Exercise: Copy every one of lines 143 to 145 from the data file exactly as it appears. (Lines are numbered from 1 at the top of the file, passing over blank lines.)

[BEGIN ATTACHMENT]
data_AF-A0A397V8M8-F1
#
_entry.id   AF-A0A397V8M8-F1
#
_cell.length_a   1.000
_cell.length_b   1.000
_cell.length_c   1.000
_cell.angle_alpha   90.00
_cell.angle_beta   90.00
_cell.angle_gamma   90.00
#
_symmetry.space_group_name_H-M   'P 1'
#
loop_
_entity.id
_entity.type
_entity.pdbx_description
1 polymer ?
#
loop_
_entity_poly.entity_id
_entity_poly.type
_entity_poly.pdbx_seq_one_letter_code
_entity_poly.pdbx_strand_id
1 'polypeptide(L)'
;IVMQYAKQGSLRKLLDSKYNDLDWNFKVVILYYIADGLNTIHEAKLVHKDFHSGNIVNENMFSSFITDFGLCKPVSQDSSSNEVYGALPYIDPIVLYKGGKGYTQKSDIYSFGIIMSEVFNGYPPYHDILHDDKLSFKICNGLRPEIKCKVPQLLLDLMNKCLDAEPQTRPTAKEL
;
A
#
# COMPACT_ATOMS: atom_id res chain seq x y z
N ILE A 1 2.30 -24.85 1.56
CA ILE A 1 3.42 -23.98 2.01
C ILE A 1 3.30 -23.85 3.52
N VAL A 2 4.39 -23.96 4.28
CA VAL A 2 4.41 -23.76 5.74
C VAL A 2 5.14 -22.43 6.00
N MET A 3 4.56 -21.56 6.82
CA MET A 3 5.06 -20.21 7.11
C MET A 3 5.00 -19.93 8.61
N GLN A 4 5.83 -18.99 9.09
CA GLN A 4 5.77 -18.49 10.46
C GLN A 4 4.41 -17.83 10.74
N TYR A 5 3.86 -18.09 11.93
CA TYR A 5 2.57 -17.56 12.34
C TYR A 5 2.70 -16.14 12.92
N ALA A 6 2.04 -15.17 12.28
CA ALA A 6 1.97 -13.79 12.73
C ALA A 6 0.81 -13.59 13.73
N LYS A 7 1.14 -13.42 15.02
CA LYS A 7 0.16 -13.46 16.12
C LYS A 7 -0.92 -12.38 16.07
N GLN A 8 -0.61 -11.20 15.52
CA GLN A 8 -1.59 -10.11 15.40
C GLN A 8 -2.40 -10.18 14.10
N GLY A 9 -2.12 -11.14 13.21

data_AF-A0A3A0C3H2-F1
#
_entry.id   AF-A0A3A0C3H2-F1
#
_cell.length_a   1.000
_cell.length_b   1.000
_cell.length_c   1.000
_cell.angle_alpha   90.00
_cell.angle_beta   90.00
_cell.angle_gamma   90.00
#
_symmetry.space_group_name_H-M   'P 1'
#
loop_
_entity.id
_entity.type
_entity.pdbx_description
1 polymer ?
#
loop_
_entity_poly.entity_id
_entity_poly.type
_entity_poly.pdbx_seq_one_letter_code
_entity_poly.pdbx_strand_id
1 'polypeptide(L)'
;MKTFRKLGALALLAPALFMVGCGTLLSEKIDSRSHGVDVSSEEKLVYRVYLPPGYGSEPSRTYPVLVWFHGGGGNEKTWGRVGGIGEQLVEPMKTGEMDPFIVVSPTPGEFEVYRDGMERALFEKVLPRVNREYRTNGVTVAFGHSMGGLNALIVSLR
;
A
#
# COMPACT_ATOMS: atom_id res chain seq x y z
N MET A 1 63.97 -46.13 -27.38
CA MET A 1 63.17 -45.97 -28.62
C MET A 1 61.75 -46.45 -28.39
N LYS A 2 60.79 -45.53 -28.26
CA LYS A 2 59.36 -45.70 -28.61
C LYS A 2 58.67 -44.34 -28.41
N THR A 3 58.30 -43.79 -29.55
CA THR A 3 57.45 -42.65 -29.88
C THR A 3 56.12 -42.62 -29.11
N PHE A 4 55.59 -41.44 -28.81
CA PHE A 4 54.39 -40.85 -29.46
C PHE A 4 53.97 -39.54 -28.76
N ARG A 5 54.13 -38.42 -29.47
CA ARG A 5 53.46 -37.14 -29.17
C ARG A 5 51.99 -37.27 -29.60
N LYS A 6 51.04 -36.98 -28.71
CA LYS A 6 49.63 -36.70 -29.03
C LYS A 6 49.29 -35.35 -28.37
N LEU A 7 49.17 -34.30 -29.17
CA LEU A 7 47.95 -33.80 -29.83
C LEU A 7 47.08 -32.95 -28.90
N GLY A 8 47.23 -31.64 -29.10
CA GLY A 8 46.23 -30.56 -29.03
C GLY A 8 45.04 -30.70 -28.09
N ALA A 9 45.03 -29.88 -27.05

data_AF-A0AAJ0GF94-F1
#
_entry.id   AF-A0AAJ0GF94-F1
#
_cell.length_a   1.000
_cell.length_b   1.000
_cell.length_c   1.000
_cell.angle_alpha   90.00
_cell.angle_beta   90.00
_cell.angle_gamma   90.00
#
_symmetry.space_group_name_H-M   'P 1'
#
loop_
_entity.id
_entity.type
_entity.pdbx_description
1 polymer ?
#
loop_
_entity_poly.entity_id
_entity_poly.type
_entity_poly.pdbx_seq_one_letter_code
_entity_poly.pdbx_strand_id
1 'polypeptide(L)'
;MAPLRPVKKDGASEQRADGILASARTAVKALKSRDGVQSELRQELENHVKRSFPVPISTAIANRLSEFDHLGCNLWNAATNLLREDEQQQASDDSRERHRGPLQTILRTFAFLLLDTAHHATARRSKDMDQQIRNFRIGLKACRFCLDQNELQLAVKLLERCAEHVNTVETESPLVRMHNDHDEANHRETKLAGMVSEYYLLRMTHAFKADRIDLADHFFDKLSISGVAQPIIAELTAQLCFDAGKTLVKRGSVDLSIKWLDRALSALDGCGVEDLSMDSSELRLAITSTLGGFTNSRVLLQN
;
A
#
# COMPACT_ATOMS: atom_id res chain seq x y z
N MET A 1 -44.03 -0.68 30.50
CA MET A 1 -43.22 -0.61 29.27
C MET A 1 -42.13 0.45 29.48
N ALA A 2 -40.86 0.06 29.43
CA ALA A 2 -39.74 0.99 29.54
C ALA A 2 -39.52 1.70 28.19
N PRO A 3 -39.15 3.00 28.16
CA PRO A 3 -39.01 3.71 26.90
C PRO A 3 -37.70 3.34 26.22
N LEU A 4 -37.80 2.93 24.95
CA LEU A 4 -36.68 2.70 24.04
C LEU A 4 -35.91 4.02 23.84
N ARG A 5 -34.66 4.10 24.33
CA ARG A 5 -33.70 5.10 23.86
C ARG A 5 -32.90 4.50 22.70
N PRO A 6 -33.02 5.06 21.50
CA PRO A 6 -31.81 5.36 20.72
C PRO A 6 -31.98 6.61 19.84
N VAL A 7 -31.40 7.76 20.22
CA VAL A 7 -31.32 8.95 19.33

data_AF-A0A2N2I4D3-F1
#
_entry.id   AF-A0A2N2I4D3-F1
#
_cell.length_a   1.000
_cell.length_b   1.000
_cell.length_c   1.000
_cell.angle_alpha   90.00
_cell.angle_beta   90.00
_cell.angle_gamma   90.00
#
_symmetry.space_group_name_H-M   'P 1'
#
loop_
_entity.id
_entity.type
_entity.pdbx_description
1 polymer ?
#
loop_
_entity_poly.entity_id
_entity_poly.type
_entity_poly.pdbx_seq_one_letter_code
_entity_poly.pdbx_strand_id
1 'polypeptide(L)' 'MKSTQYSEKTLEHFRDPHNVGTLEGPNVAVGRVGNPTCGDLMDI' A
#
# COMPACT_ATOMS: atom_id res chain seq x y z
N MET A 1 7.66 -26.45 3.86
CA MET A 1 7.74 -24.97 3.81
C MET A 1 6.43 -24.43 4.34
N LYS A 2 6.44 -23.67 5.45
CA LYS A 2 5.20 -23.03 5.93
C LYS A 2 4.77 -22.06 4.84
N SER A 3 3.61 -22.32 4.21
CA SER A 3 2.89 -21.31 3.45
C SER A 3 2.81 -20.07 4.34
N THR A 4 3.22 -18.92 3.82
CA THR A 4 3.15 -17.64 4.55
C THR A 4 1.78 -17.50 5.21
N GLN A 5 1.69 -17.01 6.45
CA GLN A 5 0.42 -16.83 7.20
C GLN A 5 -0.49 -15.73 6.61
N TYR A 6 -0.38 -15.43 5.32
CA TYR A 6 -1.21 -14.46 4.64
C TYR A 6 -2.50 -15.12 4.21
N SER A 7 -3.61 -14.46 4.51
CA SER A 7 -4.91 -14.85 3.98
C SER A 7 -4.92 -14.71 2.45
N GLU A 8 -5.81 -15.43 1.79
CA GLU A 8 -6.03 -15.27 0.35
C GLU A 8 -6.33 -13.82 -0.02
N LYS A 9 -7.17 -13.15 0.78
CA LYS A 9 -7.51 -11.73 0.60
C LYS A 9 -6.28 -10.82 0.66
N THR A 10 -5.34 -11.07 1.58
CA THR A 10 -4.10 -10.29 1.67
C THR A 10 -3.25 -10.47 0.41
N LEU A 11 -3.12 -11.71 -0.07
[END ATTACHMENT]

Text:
C MET A 1 -42.13 0.45 29.48
N ALA A 2 -40.86 0.06 29.43
CA ALA A 2 -39.74 0.99 29.54